Last week someone posted on Twitter a picture claimed by the author of being the Premier League’s best ever front four.
There they stood during training in perfect formation – Freddie Ljungberg, Thierry Henry, Dennis Bergkamp and Robert Pires, the magnificent strike force of Arsenal’s 2003/04 title-winning campaign.
This got me thinking. Do those famous Invincibles really rank as the greatest so far if we look at champions down the years fielding four attackers? Not all of them have done that, of course. Plenty preferred 4-3-3 or 4-1-3-2, which rules them out of this particular competition.
Yes, I know it’s subjective, far from an exact science. I mean, do you judge on individual talent or the group as a whole? Do you factor in great chemistry and understanding that may have made a foursome so much more than the sum of its parts?
- Premier League Greatest Goals – Part Two
- LISTEN: Transfer Talk Podcast
- Transfer Centre LIVE!
Whoever you end up choosing, there’s a valid argument for heading elsewhere. Still, with time on my hands in these strange days, I thought I would take a look back at the attacks of the 27 victors since 1993. Of those that qualify, which of these teams boasted the finest front four?
Naturally kicking us off are Manchester United’s back-to-back title wins in ’93 and ’94. Yet for all the swashbuckling thrills over two seasons you could not really name a regular four, what with Ryan Giggs, Andrei Kanchelskis and Lee Sharpe sharing wing duties, while Brian McClair partnered Mark Hughes before Eric Cantona’s arrival.
Moving on, Blackburn Rovers deserve a mention in passing, if only for the potency of Alan Shearer whose SAS partnership with Chris Sutton got handily serviced by Jason Wilcox and Stuart Ripley.
When United took over again to register consecutive title wins in ’96 and ’97, David Beckham’s emergence on the right and Giggs’ progress on the left cannot quite do enough to put an attack also featuring Cantona, Andy Cole and Ole Gunnar Solskjaer in the top bracket.
That all changes a couple of years later, though, when Dwight Yorke arrives to forge a spectacular partnership with Cole. And if we are judging on trophies, United’s sensational treble in ’99 makes a convincing case for Beckham, Yorke, Cole and Giggs qualifying as the Premier League’s greatest strike force.
That argument gains even more ground considering these four played key parts in three titles in a row, a feat no other club has managed to achieve.
No other club apart from Arsenal has gone through an entire season unbeaten either, which partly explains why Ljungberg, Henry, Bergkamp and Pires could win the top prize.
There’s more to it than that though. Much more. For a start, Henry is the best player I have ever seen ply his trade in this country. Not just the best striker, but the best player, due to the fact that I saw him do things no one else has done.
He reduced top-class opponents into helpless also-rans. He totally embarrassed seasoned professionals with his outrageous pace, strength, skill and confidence. In short, he elevated the striker’s art on to a level not seen before or since.
On top of that, the Frenchman teamed up with a player blessed with astonishing ability, whose creative genes dovetailed perfectly with all that Gallic swagger. Bergkamp’s sort do not come around too often. The Dutchman’s dedication set new examples at Arsenal and his quality on matchdays lit up English football.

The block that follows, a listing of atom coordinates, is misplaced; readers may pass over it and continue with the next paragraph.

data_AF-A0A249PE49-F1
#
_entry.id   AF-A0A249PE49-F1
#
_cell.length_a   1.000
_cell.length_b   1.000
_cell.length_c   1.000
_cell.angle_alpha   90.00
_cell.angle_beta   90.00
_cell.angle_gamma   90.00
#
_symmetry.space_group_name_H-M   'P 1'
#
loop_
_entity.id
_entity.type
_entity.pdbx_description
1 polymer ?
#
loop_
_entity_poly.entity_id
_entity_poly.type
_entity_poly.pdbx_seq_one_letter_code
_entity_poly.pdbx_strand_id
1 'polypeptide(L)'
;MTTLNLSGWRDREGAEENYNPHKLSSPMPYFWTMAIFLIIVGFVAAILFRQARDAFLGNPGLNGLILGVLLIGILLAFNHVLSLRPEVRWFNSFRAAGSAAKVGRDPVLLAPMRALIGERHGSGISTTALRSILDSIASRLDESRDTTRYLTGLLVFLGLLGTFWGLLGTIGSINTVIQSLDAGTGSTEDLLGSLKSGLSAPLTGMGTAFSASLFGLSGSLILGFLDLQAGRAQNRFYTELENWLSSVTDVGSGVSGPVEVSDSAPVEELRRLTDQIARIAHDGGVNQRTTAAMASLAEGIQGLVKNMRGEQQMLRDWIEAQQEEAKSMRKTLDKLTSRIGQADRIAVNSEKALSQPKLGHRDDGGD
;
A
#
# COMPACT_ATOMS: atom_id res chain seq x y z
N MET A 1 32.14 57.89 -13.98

Henry and Bergkamp. I can’t think of another strike partnership in the history of the game that has boasted quite so much lavish talent.
To be honest, I cannot think of another strike partnership in the history of the game that has boasted quite so much lavish talent. Some statement, I know, but I think it’s true.
And when you add the gliding class of Pires and the piercing threat of Ljungberg, you really do have a fearsome four.
So has anyone since come close to these two front runners – United’s all-conquering attack and Arsenal’s Invincibles?
To be honest, I was going to talk about Chelsea’s first title wins in ’05 and ’06 when Arjen Robben and Damien Duff brought so much width and flair to Jose Mourinho’s side. In my mind, I thought they often flanked both Didier Drogba and Eidur Gudjohnsen, only to find that these four hardly ever started together, Mourinho much preferring a midfield three.
As for United’s next dominant period when they once again clinched three titles on the trot, a combination of Cristiano Ronaldo, Wayne Rooney, Carlos Tevez and the indomitable Giggs also takes some beating.
In more recent times, Manchester City’s success must be recognised. Samir Nasri, Sergio Aguero, Edin Dzeko and David Silva were often the choice in City’s victorious 2012 campaign.
Even more recently, Pep Guardiola has triumphed with a three-pronged attack, which unfortunately means they cannot be considered. The modern day habit of rotating also muddies the waters. Rarely do managers pick the same attack for any length of time.
That applies to nearly every champion since 2010, with the honourable exception of Leicester City who pulled off a miracle in 2016 with Riyad Mahrez, Shinji Okazaki, Jamie Vardy and Marc Albrighton leading the charge.
But back to the contenders. Back to my verdict. As I replied to that Twitter post mentioned at the start, the Arsenal lads get my vote. And I say that trying hard to avoid any bias towards my old club. The United front four that straddled the Millennium with tremendous success comes extremely close. It’s difficult to argue with piles of silverware.
Source: Read Full Article